Just stumbled across an interesting conversation that set my own mind a’thinkin’ (always a dangerous thing). And since I wasn’t asked to share what MY process is on said blog — truth be told, they don’t even know I exist, so who can blame ’em? –, I thought I’d bee-bop on over to my little corner of the Universe and share it anyway.
So, how do I write?
It all begins in my head.
Okay, that’s kinda not true. It starts in my head, yes, but it’s more a story I’m hearing rather than a story I’m “making up”, if that makes sense.
Martuk from Martuk … The Holy introduced himself to me one day in March of 2008. Out of the blue. You know, kind of one of those Hey, how are ya, and do I have a story for you-type of deals. And once I understood and accepted that I could be THAT kind of writer as well as a screenwriter and playwright, I found the first draft of the book flying onto the page with relative ease.
But as to HOW that happened, this is what I’ve found works for me:
I type myself emails. Short and not-so-short thoughts working through the plot. Hashing it out. Working it through. Seeing if it squares up, makes sense, could maybe be an interesting read. You know, making sure it all fits before I type Chapter One.
Unlike some, I don’t really plot out people to be met or character flaws to surmount or any of that stuff. Maybe I should. But I find if I have a general map — my Chapter Map –, the people Martuk needs to meet end up introducing themselves when need be.
And many of the characters in Martuk couldn’t have been plotted out because I wasn’t in that world yet, the palace in ancient Uruk, the altar, the priests in red and gold. I needed to get there to discover who was waiting. And I was smart enough to sit back and let them introduce who they were and what they were dealing with. Instead of assigning them wounds, I allowed them to lift up their sleeves and show me the cuts and scrapes and slices themselves.
But, still, I’m following that map.
If I find a character wants to go deeper into his or her story — and stray further from Martuk’s narrative –, I now make a note for The Martuk Series and promise them they’ll get their own book. Short Fiction, of course, but still … it seems to placate them for the time being.
Once the book is finished, I save it in PDF and send it to my iPad where I open it anew and, stylus in hand, start covering the page in red. Call me weird, but I love this phase. And for some reason, I notice things a lot more when I move away from the laptop screen to a PDF on an iPad. Glaring mistakes. I mean, huge doozies. I don’t see them until I open that PDF on my iPad.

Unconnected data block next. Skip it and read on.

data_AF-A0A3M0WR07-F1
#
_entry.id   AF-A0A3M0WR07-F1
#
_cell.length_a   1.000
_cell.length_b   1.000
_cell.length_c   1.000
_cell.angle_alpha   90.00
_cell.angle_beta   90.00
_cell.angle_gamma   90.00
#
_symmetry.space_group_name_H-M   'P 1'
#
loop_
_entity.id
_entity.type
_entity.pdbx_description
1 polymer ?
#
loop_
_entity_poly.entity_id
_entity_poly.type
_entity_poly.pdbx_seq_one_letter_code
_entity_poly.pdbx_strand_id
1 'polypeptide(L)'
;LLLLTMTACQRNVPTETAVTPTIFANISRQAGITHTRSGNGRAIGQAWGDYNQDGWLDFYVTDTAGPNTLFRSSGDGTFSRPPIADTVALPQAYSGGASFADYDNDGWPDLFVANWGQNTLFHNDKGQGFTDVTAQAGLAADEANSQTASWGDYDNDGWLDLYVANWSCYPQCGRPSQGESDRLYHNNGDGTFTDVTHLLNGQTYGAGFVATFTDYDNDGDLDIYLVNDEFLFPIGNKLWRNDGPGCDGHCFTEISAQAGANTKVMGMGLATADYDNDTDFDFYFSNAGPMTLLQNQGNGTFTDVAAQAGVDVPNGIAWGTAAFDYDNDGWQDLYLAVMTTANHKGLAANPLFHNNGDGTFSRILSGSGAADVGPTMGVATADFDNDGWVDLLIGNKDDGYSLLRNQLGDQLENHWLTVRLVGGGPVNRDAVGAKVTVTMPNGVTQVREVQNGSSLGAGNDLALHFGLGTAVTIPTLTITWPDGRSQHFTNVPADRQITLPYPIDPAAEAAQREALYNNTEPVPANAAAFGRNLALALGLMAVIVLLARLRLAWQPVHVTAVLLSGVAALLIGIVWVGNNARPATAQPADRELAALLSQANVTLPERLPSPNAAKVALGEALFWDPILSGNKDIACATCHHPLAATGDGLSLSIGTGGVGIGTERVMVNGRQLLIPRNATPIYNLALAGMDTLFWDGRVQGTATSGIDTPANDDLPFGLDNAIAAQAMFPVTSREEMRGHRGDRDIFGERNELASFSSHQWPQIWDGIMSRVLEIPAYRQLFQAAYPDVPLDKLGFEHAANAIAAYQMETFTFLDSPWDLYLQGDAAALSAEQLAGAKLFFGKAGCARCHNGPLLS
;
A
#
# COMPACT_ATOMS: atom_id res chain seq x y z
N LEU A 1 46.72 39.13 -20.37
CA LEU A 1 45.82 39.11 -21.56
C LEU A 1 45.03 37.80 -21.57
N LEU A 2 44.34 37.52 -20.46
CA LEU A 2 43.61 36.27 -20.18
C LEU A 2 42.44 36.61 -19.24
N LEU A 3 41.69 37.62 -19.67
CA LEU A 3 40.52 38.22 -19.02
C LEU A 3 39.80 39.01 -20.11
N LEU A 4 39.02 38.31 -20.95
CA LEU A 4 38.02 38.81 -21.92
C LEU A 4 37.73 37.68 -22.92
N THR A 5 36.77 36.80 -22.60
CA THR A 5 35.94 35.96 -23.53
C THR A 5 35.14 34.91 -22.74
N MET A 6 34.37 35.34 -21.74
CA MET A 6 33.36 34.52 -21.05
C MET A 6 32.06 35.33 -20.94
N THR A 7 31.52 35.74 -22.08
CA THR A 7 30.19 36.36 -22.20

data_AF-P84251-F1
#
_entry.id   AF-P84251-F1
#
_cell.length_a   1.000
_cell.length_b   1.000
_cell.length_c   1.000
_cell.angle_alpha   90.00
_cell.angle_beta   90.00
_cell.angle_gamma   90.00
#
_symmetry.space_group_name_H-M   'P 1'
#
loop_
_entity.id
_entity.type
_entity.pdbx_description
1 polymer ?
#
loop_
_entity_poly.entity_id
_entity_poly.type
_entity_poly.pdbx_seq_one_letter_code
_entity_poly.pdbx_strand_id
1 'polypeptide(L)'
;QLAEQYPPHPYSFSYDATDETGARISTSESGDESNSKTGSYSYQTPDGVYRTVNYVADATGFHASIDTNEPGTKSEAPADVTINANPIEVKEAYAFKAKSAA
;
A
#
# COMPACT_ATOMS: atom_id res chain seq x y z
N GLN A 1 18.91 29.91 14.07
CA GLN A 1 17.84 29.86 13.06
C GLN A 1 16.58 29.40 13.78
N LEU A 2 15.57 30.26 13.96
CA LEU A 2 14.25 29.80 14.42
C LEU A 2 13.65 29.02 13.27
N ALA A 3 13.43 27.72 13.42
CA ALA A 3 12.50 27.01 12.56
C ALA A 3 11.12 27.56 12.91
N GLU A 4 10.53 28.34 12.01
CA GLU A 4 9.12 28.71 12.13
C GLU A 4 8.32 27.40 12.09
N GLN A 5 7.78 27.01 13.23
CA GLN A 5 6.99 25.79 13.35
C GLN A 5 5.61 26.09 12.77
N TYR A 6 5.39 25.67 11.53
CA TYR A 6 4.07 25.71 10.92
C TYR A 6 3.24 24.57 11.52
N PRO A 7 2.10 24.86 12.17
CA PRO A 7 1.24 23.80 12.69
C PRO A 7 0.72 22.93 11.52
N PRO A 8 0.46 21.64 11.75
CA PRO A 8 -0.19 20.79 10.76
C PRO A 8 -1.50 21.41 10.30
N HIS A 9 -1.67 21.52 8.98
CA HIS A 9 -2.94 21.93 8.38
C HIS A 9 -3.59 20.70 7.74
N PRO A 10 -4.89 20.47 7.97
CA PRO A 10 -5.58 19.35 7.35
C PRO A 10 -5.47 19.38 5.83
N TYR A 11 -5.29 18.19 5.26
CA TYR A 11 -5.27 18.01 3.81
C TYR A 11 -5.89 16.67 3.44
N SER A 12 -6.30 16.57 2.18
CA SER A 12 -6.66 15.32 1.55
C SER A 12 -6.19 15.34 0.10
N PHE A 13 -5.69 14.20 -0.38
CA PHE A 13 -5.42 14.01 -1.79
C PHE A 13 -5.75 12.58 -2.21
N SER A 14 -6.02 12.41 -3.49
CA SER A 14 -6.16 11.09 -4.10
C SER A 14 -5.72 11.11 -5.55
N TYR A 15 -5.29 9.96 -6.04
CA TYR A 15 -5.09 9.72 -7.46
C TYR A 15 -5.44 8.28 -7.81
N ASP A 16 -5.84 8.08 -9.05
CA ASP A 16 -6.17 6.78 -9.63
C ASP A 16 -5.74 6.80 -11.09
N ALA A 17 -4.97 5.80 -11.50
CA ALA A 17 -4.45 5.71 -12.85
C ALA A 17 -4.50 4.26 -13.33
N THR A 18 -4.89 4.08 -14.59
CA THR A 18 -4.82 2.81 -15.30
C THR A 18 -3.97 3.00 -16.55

Strange, isn’t it?
But it’s during this process where the book really comes to life. Marked up PDF in one hand, my laptop open in the other, headphones firmly in place as the story shifts and changes shape. Becomes tighter, leaner, meaner. All that red scribbling and circling and question marking and WTF-ing necessary in creating a great read.
Depending on how sloppy I’ve been, I’ll sometimes go through three or four edited PDFs before the book is ready.
And then, AMSchultz cover in hand, book published, and new chapter map on deck, I find myself typing Chapter One. Again.
God, I love what I do.
Many thanks for the S/O, sir!
I may have to invest in an iPad now. That definitely seems like it would work well for me, since I prefer to be a pen-to-paper guy anyway.
It works wells for me. Just download the GoodReader app which allows you to both read and annotate PDFs and you’re ready to start marking it up.
Of course, I can’t promise you’ll be able to make sense later of all your circles and arrows and question marks and scribbles, but, still, it’s worth a shot (says the guy who often can’t make sense of his own circles and arrows and question marks and scribbles).